Today many online interactions require you to disclose identity information. This poses substantial trust challenges, both for the people who disclose the information and for those who receive it. Until now, this problem has been addressed by a simplistic model in which a third party or identity service provider discloses identity information to a recipient, known as the relying party, on behalf of a user. The identity service provider reduces risk and promotes efficiency by confirming aspects of the exchange, for example, that a user is who he or she claims to be.

With this basic model, strangers from all over the world can interact easily, especially as technologies like OpenID and Information Cards facilitate the flow of identity information. Still, this flow of identity information carries significant risks. How can consumers and businesses know that reasonable technical and operational safeguards are in place? Can these technical and operational details of the connection be worked out in an efficient and trustworthy way so that people can get on with what they want to do?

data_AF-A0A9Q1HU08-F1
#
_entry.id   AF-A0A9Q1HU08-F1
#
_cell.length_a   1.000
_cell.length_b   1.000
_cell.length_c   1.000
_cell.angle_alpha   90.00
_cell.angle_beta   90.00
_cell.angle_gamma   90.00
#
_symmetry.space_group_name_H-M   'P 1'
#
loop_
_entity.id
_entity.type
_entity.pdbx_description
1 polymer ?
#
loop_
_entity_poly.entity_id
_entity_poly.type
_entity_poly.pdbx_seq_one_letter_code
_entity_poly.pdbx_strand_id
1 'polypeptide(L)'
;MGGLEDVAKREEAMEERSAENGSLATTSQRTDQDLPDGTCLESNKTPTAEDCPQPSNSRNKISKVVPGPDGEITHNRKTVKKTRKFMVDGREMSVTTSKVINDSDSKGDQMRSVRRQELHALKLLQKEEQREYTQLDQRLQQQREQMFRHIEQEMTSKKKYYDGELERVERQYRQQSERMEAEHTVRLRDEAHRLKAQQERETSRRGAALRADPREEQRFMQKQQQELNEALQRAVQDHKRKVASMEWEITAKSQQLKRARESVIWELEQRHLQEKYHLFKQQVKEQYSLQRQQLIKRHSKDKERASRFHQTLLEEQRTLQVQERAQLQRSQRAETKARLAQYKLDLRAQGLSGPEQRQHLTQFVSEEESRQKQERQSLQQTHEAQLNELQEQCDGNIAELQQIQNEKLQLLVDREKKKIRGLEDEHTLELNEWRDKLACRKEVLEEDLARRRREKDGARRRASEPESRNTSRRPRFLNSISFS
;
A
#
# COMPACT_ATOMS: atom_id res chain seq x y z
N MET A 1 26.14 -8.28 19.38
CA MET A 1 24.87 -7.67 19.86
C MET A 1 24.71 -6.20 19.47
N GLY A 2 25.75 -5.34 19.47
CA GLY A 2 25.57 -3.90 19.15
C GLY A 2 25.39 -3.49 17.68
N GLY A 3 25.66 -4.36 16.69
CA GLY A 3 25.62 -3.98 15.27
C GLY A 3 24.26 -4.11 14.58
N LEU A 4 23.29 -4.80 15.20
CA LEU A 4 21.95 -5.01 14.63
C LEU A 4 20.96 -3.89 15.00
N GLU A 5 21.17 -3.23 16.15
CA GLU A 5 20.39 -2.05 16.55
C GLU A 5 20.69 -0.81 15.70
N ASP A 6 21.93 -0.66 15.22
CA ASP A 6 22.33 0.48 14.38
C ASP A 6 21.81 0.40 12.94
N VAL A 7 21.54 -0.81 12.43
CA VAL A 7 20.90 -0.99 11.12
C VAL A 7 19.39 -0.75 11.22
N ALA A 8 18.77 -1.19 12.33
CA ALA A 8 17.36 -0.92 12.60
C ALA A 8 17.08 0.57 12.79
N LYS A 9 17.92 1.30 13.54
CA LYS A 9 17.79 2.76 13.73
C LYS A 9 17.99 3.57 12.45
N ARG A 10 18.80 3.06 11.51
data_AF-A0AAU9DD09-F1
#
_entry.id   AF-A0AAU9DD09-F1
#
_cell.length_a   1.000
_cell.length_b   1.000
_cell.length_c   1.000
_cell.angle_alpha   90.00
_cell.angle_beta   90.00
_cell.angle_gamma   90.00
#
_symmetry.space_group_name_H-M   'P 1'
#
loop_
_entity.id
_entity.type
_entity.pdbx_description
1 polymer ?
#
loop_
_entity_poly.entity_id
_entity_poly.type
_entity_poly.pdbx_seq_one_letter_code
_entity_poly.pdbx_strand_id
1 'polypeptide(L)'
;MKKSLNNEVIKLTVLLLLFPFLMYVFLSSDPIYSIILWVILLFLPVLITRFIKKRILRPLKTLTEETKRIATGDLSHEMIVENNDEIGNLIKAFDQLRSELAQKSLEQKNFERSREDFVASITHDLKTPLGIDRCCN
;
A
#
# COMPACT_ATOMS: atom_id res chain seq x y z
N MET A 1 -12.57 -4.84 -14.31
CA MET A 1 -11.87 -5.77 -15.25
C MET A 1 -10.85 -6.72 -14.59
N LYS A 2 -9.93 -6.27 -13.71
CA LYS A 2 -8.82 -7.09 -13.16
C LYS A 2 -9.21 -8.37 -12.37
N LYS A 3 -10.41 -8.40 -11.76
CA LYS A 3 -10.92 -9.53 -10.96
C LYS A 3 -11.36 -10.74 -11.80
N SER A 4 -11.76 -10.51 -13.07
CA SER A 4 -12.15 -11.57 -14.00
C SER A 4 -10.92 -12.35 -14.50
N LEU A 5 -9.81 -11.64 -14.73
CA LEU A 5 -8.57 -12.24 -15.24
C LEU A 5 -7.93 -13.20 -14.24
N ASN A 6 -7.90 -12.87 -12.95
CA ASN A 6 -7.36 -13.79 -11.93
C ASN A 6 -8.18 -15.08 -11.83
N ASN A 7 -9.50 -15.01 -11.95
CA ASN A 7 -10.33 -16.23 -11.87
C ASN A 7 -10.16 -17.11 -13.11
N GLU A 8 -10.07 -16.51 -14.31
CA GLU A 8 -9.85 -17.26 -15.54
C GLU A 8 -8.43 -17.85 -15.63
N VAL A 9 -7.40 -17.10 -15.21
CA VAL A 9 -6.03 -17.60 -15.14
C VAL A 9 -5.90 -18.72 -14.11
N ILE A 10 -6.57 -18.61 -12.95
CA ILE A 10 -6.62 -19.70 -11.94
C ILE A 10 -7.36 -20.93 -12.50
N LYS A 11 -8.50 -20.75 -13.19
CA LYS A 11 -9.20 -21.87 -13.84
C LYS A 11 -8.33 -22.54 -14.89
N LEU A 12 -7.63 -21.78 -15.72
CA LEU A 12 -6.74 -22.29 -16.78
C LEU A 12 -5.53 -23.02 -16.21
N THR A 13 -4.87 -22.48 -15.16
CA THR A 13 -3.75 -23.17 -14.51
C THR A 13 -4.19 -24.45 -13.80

The Open Identity Trust Framework (OITF) Model white paper offers ways to help achieve this confidence.

The paper includes the following:

  • Section II: Introduces the basic roles and relationships in the OITF model.
  • Section III: Describes implementation mechanisms.
  • Section IV: Provides examples to illustrate the types of exchange relationships that the OITF model can facilitate.
  • Section V: Defines a set of “Principles of Openness” that is built into the OITF model to establish a base level of transparency, accountability, and open competition.
  • Section VI: Highlights tough issues and calls for experts and other interested people to deal with these challenges and create appropriate responses.